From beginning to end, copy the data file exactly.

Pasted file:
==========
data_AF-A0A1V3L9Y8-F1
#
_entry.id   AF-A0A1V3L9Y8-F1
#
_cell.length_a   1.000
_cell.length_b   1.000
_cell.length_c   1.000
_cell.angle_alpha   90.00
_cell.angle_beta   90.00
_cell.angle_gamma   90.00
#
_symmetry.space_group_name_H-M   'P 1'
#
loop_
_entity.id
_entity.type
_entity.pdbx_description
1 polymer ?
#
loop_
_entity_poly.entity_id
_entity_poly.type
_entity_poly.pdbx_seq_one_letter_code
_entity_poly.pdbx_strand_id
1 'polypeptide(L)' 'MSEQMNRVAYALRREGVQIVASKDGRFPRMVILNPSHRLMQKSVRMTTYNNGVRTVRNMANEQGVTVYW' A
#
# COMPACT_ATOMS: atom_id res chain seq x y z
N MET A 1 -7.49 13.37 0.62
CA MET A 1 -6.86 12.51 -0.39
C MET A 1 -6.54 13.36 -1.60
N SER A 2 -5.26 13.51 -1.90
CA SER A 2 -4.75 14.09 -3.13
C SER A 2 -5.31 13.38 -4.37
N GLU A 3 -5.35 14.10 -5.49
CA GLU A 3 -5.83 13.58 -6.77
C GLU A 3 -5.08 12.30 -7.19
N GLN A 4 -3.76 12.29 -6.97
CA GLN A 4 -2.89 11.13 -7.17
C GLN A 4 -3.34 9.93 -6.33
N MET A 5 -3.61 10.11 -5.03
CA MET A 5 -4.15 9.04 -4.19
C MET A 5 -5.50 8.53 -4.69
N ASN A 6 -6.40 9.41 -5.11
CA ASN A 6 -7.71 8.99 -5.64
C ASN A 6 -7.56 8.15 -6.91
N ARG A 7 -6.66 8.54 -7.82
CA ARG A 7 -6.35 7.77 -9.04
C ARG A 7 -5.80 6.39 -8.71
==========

data_AF-A0A1V3L9Y8-F1
#
_entry.id   AF-A0A1V3L9Y8-F1
#
_cell.length_a   1.000
_cell.length_b   1.000
_cell.length_c   1.000
_cell.angle_alpha   90.00
_cell.angle_beta   90.00
_cell.angle_gamma   90.00
#
_symmetry.space_group_name_H-M   'P 1'
#
loop_
_entity.id
_entity.type
_entity.pdbx_description
1 polymer ?
#
loop_
_entity_poly.entity_id
_entity_poly.type
_entity_poly.pdbx_seq_one_letter_code
_entity_poly.pdbx_strand_id
1 'polypeptide(L)' 'MSEQMNRVAYALRREGVQIVASKDGRFPRMVILNPSHRLMQKSVRMTTYNNGVRTVRNMANEQGVTVYW' A
#
# COMPACT_ATOMS: atom_id res chain seq x y z
N MET A 1 -7.49 13.37 0.62
CA MET A 1 -6.86 12.51 -0.39
C MET A 1 -6.54 13.36 -1.60
N SER A 2 -5.26 13.51 -1.90
CA SER A 2 -4.75 14.09 -3.13
C SER A 2 -5.31 13.38 -4.37
N GLU A 3 -5.35 14.10 -5.49
CA GLU A 3 -5.83 13.58 -6.77
C GLU A 3 -5.08 12.30 -7.19
N GLN A 4 -3.76 12.29 -6.97
CA GLN A 4 -2.89 11.13 -7.17
C GLN A 4 -3.34 9.93 -6.33
N MET A 5 -3.61 10.11 -5.03
CA MET A 5 -4.15 9.04 -4.19
C MET A 5 -5.50 8.53 -4.69
N ASN A 6 -6.40 9.41 -5.11
CA ASN A 6 -7.71 8.99 -5.64
C ASN A 6 -7.56 8.15 -6.91
N ARG A 7 -6.66 8.54 -7.82
CA ARG A 7 -6.35 7.77 -9.04
C ARG A 7 -5.80 6.39 -8.71